Ahhh…. That makes sense. It has been really bad lately. The most obvious change is that everyone now has limits on watering plants so every plant is now a really sad dusty brown color. We typically get our water from the Colorado river…. But that’s 30 feet lower than it should be rn…..

What sort of fish do you have besides the Corydoras?
In my tanks I only have guppies, Cory catfish, and candy stripped pleco (who might be a clown pleco bc I was asking in another forum to help me gender them and they mentioned it. All I know is that the LFS said it was a candy stripped 💀)

My dads tank holds neon tetras. He doesn’t care enough for these details to get this all checked out so it mostly falls on me.

How quickly did this happen, did your fish get any kind of shock from the change over?
I got my water tested because my Cory catfish were getting agitated and glass surfing. Last time I tested I think my water was in the 180 range. I typically do 50% water changes which might’ve helped them adapt so I didn’t realize the water hardness changed until I had to do a couple 90% water changes in order to move my fish tanks. The 55g is still cycling so nothing is in that.

I started looking up reverse osmosis systems and I’m a bit lost. How are they set up exactly? I mentioned it to my dad and he said we would need big tanks to contain the water and that we could technically get the entire house outfitted with it for 5k (expensive 💀) And I’m seeing water filters that attach to faucets all the way to something that looks like it came out of a medical engineering office. I use a python and connect it to my shower for all my water changes.
 

Rocky998

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started looking up reverse osmosis systems and I’m a bit lost. How are they set up exactly? I mentioned it to my dad and he said we would need big tanks to contain the water and that we could technically get the entire house outfitted with it for 5k (expensive 💀) And I’m seeing water filters that attach to faucets all the way to something that looks like it came out of a medical engineering office.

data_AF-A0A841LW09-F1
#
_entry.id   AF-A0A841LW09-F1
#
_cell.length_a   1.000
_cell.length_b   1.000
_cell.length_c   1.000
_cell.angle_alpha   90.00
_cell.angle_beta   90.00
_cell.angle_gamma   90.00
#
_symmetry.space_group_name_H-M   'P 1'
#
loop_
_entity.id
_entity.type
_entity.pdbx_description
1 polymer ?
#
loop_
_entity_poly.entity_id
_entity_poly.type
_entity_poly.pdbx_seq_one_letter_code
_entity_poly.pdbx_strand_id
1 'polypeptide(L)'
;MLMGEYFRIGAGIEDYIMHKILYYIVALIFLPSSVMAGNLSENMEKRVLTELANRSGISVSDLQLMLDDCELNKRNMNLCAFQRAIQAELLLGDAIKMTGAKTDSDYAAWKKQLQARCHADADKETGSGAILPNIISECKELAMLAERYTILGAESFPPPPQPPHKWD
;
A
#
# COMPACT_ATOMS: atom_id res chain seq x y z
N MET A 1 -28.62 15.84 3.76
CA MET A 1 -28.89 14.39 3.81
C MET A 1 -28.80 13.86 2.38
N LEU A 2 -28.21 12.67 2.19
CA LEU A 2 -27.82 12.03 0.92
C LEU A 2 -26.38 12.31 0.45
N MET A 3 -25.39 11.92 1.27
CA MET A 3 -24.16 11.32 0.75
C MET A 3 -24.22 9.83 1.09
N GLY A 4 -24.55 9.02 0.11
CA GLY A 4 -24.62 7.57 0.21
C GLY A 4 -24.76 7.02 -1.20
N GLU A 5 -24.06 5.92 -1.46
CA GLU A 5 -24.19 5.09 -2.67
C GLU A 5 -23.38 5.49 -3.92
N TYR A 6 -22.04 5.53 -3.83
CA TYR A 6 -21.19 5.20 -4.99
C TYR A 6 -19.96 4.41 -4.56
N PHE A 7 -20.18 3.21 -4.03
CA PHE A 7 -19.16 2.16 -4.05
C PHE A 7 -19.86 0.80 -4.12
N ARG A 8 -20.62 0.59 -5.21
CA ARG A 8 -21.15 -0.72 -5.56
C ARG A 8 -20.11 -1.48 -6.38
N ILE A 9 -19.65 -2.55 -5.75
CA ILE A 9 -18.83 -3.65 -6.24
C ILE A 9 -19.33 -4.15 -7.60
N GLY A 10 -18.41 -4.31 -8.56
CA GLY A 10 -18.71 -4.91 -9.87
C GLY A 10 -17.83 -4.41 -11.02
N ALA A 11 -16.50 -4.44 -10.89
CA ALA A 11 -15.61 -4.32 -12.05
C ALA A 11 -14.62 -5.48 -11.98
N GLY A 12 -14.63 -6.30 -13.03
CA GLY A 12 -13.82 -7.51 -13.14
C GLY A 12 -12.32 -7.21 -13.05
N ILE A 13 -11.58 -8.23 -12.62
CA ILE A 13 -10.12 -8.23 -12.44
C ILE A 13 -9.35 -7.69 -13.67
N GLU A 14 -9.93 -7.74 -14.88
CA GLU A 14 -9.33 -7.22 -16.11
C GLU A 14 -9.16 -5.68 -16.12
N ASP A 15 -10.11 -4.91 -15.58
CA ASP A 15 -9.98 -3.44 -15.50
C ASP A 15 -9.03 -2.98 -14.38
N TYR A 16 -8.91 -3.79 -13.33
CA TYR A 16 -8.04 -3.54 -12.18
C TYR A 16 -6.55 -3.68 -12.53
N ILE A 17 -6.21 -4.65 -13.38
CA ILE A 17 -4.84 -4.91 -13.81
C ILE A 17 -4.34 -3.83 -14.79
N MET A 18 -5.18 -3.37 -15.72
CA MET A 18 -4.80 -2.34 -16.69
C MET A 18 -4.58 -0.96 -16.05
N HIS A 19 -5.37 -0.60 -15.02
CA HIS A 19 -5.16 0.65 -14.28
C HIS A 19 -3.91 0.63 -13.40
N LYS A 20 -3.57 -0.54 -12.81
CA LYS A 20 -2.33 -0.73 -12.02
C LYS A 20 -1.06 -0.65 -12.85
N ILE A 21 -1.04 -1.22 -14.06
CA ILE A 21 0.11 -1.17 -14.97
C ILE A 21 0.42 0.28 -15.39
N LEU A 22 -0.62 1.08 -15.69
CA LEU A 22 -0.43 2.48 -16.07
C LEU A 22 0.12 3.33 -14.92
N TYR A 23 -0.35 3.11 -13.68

The ones that hook up to faucets are nice because they filter a certain amount if water every hour. You would use that water for the water changes... Remember that you have to keep buying filters every few months to a year to keep the R/O filter working right.
 

Byron

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my knowledge is wood will lower your ph and by a knock on effect removes minerals which lowers your Gh .

Maybe that’s wrong but I will say my Ph and Gh lower after a week and I have 20-25 kg of wood in my tank

This depends upon the GH/KH and some other factors. Steven mentioned this above. Organics (wood, peat, dried leaves) can lower pH and possibly GH/KH but it all depends upon the initial levels and what if any other additives are impacting these. Assuming the GH/KH here is due to the "hard" minerals dissolved in the water, the only effective and safe method is to dilute the water with RO, etc. If the water authority is adding chemicals/substances to increase these, that is another issue.
 

Colin_T

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The guppies will be fine in hard water but the others prefer it softer.

Reverse Osmosis (R/O) units are filters that strip out minerals and chemicals from the water and leave almost pure water behind with a pH of 7.0 and 0 GH and 0 KH. You would then mix some r/o water with some tap water to get the GH you want.

Most R/O units simply get attached to a garden tap with a normal hose fitting that goes on a tap. You turn the tap on and water is slowly forced through membranes and filter media and drips out the other end of the unit. You don't normally need to modify anything, just screw the fitting onto a tap and turn the tap on.

You need a container to hold and store the r/o water in. R/O units filter water slowly so you can't turn a tap on and fill up a bucket of r/o water in a few seconds, it takes hours or days depending on the size of the unit.

R/O units waste a bit of water. The good units have a 1:1 conversion rate. This means they provide 1 litre of pure water to 1 litre of waste water. The waste water has all the minerals and chemicals in and is discarded onto the lawn or garden. The pure water is held for use later on. Cheaper units might have a 2:1 ratio or 3:1 ratio. This means they have 2 or 3 litres of waste water for 1 litre of pure water.

If you live in a dry climate and water is expensive, r/o units might not be a cheap option.

The cartridges in the r/o units can last for years, it just depends on how much water gets put through them. They usually say to change cartridges after x amount of water has gone through the system. This can vary a lot and if you have very hard water with lots of chemicals, you might need to replace cartridges more often. If the water isn't that hard and relatively free of chemicals, the cartridges can last longer than recommended. You test the GH of the pure water and change the cartridges when the GH start going back up.